Commit 8aade107dd (progress: simplify "delayed" progress API, 2017-08-19) dropped the parameter by which callers could say "show my progress only if I haven't passed M% progress after N seconds". The intent was to just show nothing for 2 seconds, and then always progress after that. But we flipped the logic in the wrapper: it sets M=0, meaning that we'd almost _never_ show progress after 2 seconds, since we'd generally have made some progress. This should have been 100%, not 0%. We were fooled by existing calls like: start_progress_delay("foo", 0, 0, 2); which behaved this way. The trick is that the first "0" there is "how many items total", and there zero means "we don't know". And without knowing that, we cannot compute a completed percent at all, and we ignored the threshold parameter entirely! Modeling our wrapper after that broke callers which pass a non-zero value for "total". We can switch to the intended behavior by using "100" in the wrapper call. Reported-by: Lars Schneider <> Signed-off-by: Jeff King <> Signed-off-by: Junio C Hamano <>
2017-11-15progress: fix progress meters when dealing with lots of workElijah Newren
The possibility of setting merge.renameLimit beyond 2^16 raises the possibility that the values passed to progress can exceed 2^32. Use uint64_t, because it "ought to be enough for anybody". :-) Signed-off-by: Elijah Newren <> Signed-off-by: Junio C Hamano <>
2017-08-19progress: simplify "delayed" progress APIJunio C Hamano
We used to expose the full power of the delayed progress API to the callers, so that they can specify, not just the message to show and expected total amount of work that is used to compute the percentage of work performed so far, the percent-threshold parameter P and the delay-seconds parameter N. The progress meter starts to show at N seconds into the operation only if we have not yet completed P per-cent of the total work. Most callers used either (0%, 2s) or (50%, 1s) as (P, N), but there are oddballs that chose more random-looking values like 95%. For a smoother workload, (50%, 1s) would allow us to start showing the progress meter earlier than (0%, 2s), while keeping the chance of not showing progress meter for long running operation the same as the latter. For a task that would take 2s or more to complete, it is likely that less than half of it would complete within the first second, if the workload is smooth. But for a spiky workload whose earlier part is easier, such a setting is likely to fail to show the progress meter entirely and (0%, 2s) is more appropriate. But that is merely a theory. Realistically, it is of dubious value to ask each codepath to carefully consider smoothness of their workload and specify their own setting by passing two extra parameters. Let's simplify the API by dropping both parameters and have everybody use (0%, 2s). Oh, by the way, the percent-threshold parameter and the structure member were consistently misspelled, which also is now fixed ;-) Helped-by: Jeff King <> Signed-off-by: Junio C Hamano <>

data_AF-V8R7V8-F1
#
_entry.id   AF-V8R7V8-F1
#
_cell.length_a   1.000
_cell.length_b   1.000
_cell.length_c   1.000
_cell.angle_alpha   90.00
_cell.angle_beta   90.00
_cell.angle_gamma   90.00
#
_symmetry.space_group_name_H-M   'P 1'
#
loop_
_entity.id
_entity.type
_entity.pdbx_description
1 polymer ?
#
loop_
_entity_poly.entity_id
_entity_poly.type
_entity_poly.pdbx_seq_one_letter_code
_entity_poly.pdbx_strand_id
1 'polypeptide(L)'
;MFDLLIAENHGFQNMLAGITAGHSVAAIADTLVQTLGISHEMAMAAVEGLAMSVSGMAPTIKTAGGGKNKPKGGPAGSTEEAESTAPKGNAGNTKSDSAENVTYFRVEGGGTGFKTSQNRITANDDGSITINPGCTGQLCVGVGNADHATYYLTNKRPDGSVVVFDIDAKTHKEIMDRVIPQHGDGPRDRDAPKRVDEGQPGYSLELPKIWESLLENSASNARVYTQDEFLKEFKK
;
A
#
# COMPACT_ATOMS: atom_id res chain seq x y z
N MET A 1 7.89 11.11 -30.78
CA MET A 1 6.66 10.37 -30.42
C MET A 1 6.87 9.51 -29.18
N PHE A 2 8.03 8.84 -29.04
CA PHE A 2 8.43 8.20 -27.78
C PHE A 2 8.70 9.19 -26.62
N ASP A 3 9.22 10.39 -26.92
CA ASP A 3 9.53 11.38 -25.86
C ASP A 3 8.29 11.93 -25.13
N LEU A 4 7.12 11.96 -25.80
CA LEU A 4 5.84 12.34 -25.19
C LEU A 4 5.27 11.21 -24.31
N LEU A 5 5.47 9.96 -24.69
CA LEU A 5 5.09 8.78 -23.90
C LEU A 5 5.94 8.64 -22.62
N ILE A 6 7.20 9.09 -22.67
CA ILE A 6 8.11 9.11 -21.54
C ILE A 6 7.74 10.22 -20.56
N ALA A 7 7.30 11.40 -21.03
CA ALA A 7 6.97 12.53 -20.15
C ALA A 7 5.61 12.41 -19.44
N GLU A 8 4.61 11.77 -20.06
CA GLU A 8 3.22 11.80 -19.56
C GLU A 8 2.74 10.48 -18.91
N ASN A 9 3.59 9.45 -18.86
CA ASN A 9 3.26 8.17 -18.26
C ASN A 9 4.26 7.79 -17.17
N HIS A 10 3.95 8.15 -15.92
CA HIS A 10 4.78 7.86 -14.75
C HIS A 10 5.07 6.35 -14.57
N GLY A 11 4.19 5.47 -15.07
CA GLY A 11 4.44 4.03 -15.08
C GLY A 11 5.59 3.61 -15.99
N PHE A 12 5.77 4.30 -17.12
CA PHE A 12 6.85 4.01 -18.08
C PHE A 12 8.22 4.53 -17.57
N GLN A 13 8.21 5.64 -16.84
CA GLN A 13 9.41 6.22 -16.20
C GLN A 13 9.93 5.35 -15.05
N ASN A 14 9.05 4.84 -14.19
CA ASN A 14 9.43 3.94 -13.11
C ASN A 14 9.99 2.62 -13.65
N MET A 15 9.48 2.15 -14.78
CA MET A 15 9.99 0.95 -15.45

2017-07-09progress: show overall rate in last updateRené Scharfe
The values in struct throughput are only updated every 0.5 seconds. If we're all done before that time span then the final update will show a rate of 0 bytes/s, which is misleading if some bytes had been handled. Remember the start time and show the total throughput instead. And avoid division by zero by enforcing a minimum time span value of 1 (unit: 1/1024th of a second). That makes the resulting rate an underestimation, but it's closer to the actual value than the currently shown 0 bytes/s. Reported-by: 積丹尼 Dan Jacobson <> Signed-off-by: Rene Scharfe <> Signed-off-by: Junio C Hamano <>
2017-02-16stop_progress_msg: convert xsnprintf to xstrfmtMaxim Moseychuk
Simplify code by replacing buffer allocation with a call to xstrfmt(). Signed-off-by: Maxim Moseychuk <> Signed-off-by: Junio C Hamano <>
2016-02-22use xmallocz to avoid size arithmeticJeff King
We frequently allocate strings as xmalloc(len + 1), where the extra 1 is for the NUL terminator. This can be done more simply with xmallocz, which also checks for integer overflow. There's no case where switching xmalloc(n+1) to xmallocz(n) is wrong; the result is the same length, and malloc made no guarantees about what was in the buffer anyway. But in some cases, we can stop manually placing NUL at the end of the allocated buffer. But that's only safe if it's clear that the contents will always fill the buffer. In each case where this patch does so, I manually examined the control flow, and I tried to err on the side of caution. Signed-off-by: Jeff King <> Signed-off-by: Junio C Hamano <>
2015-09-25stop_progress_msg: convert sprintf to xsnprintfJeff King
The usual arguments for using xsnprintf over sprintf apply, but this case is a little tricky. We print to a fixed-size buffer if we have room, and otherwise to an allocated buffer. So there should be no overflow here, but it is still good to communicate our intention, as well as to check our earlier math for how much space the string will need. Signed-off-by: Jeff King <> Signed-off-by: Junio C Hamano <>
2015-09-25progress: store throughput display in a strbufJeff King